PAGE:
By Steve Schering
Amid pressure from numerous organizations, the village of Oak Park has officially repealed its seldom-enforced panhandling ordinance.
Ordinance 17-1-26 had been in effect in Oak Park since at least 1981. It was officially repealed by the village board during a unanimous vote Oct. 1. With the vote, the line “it shall be unlawful to beg” has been officially removed from the village code.
“For about 30 years, the village has had this language, but it has been consistently determined by the courts that it really isn’t the right way to handle begging and panhandling,” Village Manager Cara Pavlicek said. “The American Civil Liberties Union has been consistently working with municipalities to remove the language.”
In late August, the ACLU, the Chicago Coalition for the Homeless and the National Law Center on Homelessness and Poverty sent letters challenging ordinances against panhandling to 15 Illinois municipalities, including Oak Park.
“No one wants to see poor people have to beg for money,” National Law Center attorney Eric Tars said in August. “But until all their basic needs, food, healthcare and housing, are met, they have a right to ask for help.”
Shortly after receiving the letter, Oak Park spokesman David Powers said the village attorney began reviewing the ordinance in preparation for a revision.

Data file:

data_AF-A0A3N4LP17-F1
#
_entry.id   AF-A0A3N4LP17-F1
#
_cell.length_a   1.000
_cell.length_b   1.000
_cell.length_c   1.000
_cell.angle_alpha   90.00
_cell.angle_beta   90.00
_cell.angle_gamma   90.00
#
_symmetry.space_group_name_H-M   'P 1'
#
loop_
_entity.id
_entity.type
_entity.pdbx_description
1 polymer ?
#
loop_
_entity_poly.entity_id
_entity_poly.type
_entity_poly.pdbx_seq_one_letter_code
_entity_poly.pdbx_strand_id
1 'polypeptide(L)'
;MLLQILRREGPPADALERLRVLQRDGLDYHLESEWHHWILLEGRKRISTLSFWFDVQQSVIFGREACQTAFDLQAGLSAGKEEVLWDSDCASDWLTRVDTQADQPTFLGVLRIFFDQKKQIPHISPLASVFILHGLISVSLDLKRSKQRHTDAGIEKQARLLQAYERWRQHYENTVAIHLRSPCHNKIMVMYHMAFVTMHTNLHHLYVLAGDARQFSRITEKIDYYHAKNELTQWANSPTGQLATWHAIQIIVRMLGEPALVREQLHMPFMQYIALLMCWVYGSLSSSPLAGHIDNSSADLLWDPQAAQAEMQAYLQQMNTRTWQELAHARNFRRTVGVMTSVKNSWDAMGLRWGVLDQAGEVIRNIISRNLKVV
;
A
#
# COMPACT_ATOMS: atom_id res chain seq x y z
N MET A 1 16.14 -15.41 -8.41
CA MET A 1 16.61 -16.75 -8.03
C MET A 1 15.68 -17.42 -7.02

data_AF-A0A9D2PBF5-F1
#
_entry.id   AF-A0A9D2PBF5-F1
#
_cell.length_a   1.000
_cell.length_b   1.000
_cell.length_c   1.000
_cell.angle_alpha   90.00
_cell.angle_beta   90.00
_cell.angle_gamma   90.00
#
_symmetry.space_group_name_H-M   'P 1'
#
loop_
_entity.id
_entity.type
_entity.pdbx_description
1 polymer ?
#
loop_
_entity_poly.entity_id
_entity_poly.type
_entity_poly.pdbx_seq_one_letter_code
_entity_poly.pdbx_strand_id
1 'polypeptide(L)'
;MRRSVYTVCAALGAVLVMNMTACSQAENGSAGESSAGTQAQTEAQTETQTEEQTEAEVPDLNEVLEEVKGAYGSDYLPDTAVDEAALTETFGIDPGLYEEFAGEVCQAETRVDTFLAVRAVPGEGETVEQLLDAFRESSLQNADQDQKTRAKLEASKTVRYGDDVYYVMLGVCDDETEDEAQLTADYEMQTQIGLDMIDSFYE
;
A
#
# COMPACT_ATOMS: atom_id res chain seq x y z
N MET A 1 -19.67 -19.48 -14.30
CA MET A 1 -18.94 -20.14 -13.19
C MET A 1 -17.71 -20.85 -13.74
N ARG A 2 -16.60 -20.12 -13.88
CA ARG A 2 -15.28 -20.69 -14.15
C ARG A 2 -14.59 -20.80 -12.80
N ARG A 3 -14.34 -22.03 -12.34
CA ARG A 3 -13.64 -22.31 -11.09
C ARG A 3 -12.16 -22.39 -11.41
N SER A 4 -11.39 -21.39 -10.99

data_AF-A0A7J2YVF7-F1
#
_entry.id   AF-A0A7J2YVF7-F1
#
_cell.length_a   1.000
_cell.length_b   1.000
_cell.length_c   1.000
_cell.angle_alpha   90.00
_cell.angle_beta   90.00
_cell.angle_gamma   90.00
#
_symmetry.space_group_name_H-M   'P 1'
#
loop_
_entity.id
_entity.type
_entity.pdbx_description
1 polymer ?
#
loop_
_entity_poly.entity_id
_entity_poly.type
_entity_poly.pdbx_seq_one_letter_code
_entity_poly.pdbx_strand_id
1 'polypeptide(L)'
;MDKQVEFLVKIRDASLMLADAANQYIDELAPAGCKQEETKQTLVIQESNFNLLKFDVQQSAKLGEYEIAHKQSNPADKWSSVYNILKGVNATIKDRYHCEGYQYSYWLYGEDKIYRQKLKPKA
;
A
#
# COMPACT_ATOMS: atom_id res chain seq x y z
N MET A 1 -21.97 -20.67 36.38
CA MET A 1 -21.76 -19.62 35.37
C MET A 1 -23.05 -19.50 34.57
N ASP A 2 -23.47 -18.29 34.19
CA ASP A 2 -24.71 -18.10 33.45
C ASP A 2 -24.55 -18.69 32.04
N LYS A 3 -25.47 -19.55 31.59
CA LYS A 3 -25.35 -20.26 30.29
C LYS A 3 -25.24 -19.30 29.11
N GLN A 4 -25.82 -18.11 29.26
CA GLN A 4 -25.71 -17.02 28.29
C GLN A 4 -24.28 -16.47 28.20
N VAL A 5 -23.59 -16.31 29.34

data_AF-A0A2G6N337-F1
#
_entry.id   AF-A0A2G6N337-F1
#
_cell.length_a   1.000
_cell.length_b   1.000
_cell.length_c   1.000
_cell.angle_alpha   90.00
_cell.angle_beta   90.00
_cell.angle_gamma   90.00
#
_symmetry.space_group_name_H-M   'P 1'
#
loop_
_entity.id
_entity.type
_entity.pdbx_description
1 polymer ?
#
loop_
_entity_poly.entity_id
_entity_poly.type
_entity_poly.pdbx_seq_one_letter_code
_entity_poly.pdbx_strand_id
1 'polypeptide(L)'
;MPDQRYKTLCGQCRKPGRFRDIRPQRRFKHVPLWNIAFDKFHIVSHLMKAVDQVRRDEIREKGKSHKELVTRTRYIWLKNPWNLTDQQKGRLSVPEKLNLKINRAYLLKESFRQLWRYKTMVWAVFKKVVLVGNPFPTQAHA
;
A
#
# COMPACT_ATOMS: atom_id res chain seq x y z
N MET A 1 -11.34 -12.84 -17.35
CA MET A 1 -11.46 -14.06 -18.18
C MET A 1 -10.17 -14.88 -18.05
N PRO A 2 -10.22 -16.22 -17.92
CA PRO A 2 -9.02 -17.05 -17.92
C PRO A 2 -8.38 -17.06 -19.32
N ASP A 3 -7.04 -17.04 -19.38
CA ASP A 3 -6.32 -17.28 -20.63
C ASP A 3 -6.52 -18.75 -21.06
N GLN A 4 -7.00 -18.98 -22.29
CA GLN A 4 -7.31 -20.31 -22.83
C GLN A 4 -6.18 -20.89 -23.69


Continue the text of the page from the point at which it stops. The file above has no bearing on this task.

Pavlicek said the ordinance was rarely enforced by police in recent years, with officers choosing to deal with panhandling cases in a more sympathetic way.
“As staff, we are happy to recommend to the board that we repeal the language,” Pavlicek said. “The police department has really not enforced this in a number of years because of concerns of free speech. They really work to provide services and approach the situation much differently in a proactive way.”
In voting to repeal the ordinance, Oak Park Trustee Dan Moroney offered a suggestion to help potential donors ensure their money is going to a reputable cause. He noted some towns have installed “giving meters” in their downtown areas.
“One line of thinking is money given to the homeless is better given to an organization like Housing Forward or Pads,” Moroney said. “It provides services to the homeless, and there’s a lot of people who want to give but want to give to the right source.”
A message left with Housing Forward seeking comment about Moroney’s suggestion was not immediately returned.
Other trustees appeared to favor Moroney’s idea, which he felt could be a win for local charitable organizations and people looking to get rid of their spare change.
“These are parking meters that would be converted to something that delineates them from a normal parking meter and [people] can put money directly into the meter,” Moroney said. “Those meters can be given over to [those organizations] and that organization is in charge of collecting the money and seeing what is best to do with the money they collect. It could be as easy as the village drilling a little hole in the ground and the arts commission making it look fancy.”
The village board approved the repeal of the village’s begging ordinance by a 6-0 vote. Trustee Andrea Button was absent.